Are you looking to get a new job, or are you thinking about leaving your current job to start your own business? If either of these is the case, you might be wondering if there are any legal red flags for you. Non-compete agreements can be one of those red flags. These contracts restrict an employee or potential future employee from working with a competitor or starting their own business in the same field. In other words: They prevent someone from going into competition with their current or former employer. If that sounds like something that would not work in your favor, you’re probably right. Non-compete agreements are generally frowned upon by businesses, and courts will not enforce them unless they are necessary to protect a company’s interests and cannot be reasonably replaced by another type of agreement such as a non-disclosure agreement (which we’ll talk about later). But before we tell you whether non-competes are something to worry about, let’s first take a look at what they mean and why companies use them.
What Are Non-Compete Agreements?
Non-compete agreements between companies are contracts that business owners use to protect their interests and investments. Companies generally seek these types of agreements from managers, key employees, IT staff, and other individuals who have access to sensitive information like trade secrets or customer data. They also use non-compete agreements when they want to prevent their employees from going into direct competition against them after they leave the company. While this type of agreement is not uncommon, it is not always legal.
Why Employers Use Non-Compete Agreements
Although non-compete agreements can be difficult for employees to sign and can have a negative impact on your career, there are a few reasons why employers are interested in using them. Let’s take a look at a few. First, non-compete agreements help companies protect their interests when it comes to trade secrets. Trade secrets are what they sound like: secret details of a company’s production and operations. Companies protect trade secrets with non-disclosure agreements, but they can add a non-compete agreement to the contract to protect trade secrets further by making it illegal for employees to work with a company that has similar operations. Second, non-compete agreements can help employers protect their customers. This could be anything from a company’s customer list to its trade secrets, depending on the agreement.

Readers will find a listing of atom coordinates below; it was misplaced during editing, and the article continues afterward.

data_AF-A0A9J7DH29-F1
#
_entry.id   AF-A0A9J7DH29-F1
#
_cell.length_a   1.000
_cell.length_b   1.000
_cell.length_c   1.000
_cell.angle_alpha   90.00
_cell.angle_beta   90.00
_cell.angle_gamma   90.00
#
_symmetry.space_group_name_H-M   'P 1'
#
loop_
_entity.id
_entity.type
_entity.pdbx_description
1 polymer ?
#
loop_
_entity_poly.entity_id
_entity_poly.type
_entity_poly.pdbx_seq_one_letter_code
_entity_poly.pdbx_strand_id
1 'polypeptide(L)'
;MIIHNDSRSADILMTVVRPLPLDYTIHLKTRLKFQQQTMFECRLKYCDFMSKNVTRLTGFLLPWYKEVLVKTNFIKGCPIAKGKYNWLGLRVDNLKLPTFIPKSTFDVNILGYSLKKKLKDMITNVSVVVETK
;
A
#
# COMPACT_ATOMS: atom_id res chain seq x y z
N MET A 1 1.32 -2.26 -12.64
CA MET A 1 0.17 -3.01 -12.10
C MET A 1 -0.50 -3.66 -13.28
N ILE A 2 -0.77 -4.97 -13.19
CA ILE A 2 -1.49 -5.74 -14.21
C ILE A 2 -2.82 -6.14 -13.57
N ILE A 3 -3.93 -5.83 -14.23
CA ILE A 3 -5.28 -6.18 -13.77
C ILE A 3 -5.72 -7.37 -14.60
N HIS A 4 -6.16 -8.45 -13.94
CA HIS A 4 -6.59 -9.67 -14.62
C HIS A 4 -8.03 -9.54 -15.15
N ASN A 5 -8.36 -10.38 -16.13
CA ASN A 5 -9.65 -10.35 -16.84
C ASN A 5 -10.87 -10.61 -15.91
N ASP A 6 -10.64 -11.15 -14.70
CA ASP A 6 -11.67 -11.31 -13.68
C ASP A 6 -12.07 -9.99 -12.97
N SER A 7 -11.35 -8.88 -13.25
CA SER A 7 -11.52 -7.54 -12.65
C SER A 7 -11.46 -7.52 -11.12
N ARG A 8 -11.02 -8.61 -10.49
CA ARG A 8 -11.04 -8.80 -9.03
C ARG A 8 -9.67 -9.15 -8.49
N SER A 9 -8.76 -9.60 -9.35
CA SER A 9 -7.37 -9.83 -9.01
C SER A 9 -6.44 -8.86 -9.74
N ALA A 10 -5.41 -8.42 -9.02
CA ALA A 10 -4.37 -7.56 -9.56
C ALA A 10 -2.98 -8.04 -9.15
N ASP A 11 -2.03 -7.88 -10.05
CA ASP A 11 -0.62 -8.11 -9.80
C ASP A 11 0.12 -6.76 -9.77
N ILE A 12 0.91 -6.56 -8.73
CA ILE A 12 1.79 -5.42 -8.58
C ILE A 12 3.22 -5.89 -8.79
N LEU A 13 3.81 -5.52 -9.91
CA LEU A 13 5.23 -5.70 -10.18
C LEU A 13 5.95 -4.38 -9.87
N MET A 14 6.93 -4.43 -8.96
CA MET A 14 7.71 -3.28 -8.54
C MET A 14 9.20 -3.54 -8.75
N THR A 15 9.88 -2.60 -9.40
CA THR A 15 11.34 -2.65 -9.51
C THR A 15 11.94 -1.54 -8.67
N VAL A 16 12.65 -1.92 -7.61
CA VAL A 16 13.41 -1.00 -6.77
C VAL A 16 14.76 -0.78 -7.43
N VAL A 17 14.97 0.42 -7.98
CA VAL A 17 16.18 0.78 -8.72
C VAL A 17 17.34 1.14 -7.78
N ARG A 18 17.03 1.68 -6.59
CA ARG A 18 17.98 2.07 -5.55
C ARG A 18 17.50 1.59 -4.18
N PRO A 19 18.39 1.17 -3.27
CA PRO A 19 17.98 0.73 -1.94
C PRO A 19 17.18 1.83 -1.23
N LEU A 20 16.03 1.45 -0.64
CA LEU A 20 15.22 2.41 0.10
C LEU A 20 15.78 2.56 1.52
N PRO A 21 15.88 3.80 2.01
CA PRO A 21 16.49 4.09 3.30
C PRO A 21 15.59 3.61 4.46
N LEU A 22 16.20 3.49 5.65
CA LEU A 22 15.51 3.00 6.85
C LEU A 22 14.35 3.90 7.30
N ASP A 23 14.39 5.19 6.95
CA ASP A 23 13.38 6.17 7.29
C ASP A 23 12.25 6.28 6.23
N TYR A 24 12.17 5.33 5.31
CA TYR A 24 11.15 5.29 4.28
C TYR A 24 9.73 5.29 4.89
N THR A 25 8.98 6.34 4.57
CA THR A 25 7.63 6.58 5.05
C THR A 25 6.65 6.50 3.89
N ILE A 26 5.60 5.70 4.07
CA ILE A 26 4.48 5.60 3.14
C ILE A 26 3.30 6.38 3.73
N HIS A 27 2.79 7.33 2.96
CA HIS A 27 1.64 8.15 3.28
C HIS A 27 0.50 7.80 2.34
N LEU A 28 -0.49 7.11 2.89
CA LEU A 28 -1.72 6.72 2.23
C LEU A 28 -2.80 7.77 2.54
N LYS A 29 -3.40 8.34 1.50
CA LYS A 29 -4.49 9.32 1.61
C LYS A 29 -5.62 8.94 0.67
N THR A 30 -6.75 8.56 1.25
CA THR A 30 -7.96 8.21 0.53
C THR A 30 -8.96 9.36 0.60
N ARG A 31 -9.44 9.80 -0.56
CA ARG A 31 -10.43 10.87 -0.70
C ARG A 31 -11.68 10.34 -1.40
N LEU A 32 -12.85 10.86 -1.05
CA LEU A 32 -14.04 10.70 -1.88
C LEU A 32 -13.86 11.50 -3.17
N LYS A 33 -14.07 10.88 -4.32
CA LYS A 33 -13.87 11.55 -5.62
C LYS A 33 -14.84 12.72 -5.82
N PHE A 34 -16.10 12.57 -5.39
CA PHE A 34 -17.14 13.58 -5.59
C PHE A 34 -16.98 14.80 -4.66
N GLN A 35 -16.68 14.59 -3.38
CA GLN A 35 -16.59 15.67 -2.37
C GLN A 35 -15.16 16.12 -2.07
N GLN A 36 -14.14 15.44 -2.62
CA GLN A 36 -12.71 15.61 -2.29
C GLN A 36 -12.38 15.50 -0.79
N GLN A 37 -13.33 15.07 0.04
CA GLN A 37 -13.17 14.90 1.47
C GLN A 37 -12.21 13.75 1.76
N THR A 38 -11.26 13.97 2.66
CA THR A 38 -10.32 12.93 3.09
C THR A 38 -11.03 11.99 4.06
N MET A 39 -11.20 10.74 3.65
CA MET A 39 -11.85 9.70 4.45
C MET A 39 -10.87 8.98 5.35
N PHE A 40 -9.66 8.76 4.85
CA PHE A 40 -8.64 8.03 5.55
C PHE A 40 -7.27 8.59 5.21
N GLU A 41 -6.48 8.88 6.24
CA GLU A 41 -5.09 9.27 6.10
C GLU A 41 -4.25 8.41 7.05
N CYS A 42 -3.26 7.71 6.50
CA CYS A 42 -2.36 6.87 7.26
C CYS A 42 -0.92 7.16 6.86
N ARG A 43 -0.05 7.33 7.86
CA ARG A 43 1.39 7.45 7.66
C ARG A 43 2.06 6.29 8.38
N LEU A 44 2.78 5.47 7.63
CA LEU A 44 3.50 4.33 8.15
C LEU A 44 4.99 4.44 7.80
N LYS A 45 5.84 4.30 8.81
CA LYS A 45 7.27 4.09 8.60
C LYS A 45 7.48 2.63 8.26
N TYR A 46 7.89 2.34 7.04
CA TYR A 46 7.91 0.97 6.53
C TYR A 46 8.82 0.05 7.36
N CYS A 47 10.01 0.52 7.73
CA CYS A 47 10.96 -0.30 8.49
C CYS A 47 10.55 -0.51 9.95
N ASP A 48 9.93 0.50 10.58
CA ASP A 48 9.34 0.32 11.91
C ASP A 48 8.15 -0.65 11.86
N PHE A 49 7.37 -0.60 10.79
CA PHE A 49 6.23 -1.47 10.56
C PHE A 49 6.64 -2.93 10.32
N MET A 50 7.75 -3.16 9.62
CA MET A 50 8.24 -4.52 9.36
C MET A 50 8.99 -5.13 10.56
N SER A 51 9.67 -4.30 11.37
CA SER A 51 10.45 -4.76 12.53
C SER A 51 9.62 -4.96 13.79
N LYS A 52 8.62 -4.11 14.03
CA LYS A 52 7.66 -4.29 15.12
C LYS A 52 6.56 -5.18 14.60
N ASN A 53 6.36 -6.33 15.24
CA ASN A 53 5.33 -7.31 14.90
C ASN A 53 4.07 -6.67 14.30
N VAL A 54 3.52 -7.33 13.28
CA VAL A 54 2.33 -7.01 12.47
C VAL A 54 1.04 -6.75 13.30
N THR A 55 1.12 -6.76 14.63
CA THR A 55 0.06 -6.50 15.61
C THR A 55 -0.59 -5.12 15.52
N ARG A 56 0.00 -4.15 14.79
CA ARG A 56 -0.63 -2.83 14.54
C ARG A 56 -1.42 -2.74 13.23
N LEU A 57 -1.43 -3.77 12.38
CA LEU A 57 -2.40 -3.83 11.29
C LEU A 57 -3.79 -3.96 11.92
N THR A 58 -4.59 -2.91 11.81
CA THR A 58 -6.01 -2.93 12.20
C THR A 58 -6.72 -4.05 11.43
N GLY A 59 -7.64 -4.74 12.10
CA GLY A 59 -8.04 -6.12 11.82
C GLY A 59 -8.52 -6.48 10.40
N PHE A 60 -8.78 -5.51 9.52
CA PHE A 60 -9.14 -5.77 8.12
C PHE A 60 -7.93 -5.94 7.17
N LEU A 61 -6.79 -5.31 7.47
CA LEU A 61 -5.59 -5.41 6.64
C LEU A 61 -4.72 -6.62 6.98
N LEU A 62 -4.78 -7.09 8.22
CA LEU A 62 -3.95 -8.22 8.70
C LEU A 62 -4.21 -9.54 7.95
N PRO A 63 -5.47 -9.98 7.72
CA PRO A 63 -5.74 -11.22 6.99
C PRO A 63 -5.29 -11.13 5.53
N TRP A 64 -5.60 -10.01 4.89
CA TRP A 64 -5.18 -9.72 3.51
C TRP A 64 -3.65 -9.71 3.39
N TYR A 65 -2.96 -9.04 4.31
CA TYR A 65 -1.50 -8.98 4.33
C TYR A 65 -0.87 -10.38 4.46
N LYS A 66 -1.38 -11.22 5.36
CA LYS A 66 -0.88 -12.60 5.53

When You Should Be Concerned About a Non-Compete Agreement
Before we determine whether or not you should be concerned about a non-compete agreement, let’s look at situations where these agreements are generally enforceable. Employers generally have to prove that you had access to sensitive information and that the company has a legitimate reason for the agreement. You might also be required to sign an agreement when you are first hired. But here are a few situations where you might want to be particularly careful about non-compete agreements. – If you are a manager, director, or similar position. Managers have access to sensitive information, so companies often require them to sign non-competes as a condition of employment. – If you are leaving an employer with whom you have a particularly close relationship. For example, if you were an executive at a company, left the company, and then wanted to go work for a competitor.
As we’ve seen, non-compete agreements are contracts that businesses use to protect their interests and investments. Companies generally seek these types of agreements from managers, key employees, IT staff, and other individuals who have access to sensitive information like trade secrets or customer data. Although non-compete agreements can be difficult for employees to sign and can have a negative impact on your career, there are a few reasons why employers are interested in using them. In certain situations, non-compete agreements are generally enforceable. However, you might want to be particularly careful about non-compete agreements if you are a manager, director, or have access to sensitive information.